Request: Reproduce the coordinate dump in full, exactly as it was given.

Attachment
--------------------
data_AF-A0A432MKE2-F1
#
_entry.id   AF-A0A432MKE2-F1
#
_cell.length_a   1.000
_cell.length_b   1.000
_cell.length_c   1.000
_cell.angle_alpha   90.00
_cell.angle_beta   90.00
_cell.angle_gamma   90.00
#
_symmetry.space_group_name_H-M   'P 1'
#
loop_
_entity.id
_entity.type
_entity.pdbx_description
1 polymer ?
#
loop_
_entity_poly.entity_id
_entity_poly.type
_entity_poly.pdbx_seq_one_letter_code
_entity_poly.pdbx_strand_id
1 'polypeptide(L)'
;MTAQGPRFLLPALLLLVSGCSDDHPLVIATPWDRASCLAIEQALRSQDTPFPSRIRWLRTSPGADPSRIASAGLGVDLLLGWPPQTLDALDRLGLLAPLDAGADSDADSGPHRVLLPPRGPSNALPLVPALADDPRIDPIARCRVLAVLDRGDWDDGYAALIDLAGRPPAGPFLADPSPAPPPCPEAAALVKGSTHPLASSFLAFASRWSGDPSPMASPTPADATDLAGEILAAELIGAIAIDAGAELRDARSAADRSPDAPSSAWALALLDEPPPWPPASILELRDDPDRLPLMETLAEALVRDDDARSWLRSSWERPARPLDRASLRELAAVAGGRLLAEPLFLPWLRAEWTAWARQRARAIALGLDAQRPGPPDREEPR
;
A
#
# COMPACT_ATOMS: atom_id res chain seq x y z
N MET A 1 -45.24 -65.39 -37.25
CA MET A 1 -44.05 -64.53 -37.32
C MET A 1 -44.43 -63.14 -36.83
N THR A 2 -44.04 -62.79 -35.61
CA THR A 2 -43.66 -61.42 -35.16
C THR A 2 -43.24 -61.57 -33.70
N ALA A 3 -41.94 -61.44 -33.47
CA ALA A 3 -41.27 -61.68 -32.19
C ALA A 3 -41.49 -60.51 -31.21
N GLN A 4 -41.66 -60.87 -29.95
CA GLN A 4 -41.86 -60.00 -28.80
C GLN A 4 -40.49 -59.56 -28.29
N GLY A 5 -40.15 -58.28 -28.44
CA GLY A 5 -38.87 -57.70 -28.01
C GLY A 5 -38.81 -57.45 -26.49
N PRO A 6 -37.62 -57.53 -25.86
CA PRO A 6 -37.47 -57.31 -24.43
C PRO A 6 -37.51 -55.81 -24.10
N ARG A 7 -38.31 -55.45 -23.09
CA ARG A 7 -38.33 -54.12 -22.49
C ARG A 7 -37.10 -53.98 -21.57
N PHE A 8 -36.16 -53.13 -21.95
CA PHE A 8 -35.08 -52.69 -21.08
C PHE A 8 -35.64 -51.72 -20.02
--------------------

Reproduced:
data_AF-A0A432MKE2-F1
#
_entry.id   AF-A0A432MKE2-F1
#
_cell.length_a   1.000
_cell.length_b   1.000
_cell.length_c   1.000
_cell.angle_alpha   90.00
_cell.angle_beta   90.00
_cell.angle_gamma   90.00
#
_symmetry.space_group_name_H-M   'P 1'
#
loop_
_entity.id
_entity.type
_entity.pdbx_description
1 polymer ?
#
loop_
_entity_poly.entity_id
_entity_poly.type
_entity_poly.pdbx_seq_one_letter_code
_entity_poly.pdbx_strand_id
1 'polypeptide(L)'
;MTAQGPRFLLPALLLLVSGCSDDHPLVIATPWDRASCLAIEQALRSQDTPFPSRIRWLRTSPGADPSRIASAGLGVDLLLGWPPQTLDALDRLGLLAPLDAGADSDADSGPHRVLLPPRGPSNALPLVPALADDPRIDPIARCRVLAVLDRGDWDDGYAALIDLAGRPPAGPFLADPSPAPPPCPEAAALVKGSTHPLASSFLAFASRWSGDPSPMASPTPADATDLAGEILAAELIGAIAIDAGAELRDARSAADRSPDAPSSAWALALLDEPPPWPPASILELRDDPDRLPLMETLAEALVRDDDARSWLRSSWERPARPLDRASLRELAAVAGGRLLAEPLFLPWLRAEWTAWARQRARAIALGLDAQRPGPPDREEPR
;
A
#
# COMPACT_ATOMS: atom_id res chain seq x y z
N MET A 1 -45.24 -65.39 -37.25
CA MET A 1 -44.05 -64.53 -37.32
C MET A 1 -44.43 -63.14 -36.83
N THR A 2 -44.04 -62.79 -35.61
CA THR A 2 -43.66 -61.42 -35.16
C THR A 2 -43.24 -61.57 -33.70
N ALA A 3 -41.94 -61.44 -33.47
CA ALA A 3 -41.27 -61.68 -32.19
C ALA A 3 -41.49 -60.51 -31.21
N GLN A 4 -41.66 -60.87 -29.95
CA GLN A 4 -41.86 -60.00 -28.80
C GLN A 4 -40.49 -59.56 -28.29
N GLY A 5 -40.15 -58.28 -28.44
CA GLY A 5 -38.87 -57.70 -28.01
C GLY A 5 -38.81 -57.45 -26.49
N PRO A 6 -37.62 -57.53 -25.86
CA PRO A 6 -37.47 -57.31 -24.43
C PRO A 6 -37.51 -55.81 -24.10
N ARG A 7 -38.31 -55.45 -23.09
CA ARG A 7 -38.33 -54.12 -22.49
C ARG A 7 -37.10 -53.98 -21.57
N PHE A 8 -36.16 -53.13 -21.95
CA PHE A 8 -35.08 -52.69 -21.08
C PHE A 8 -35.64 -51.72 -20.02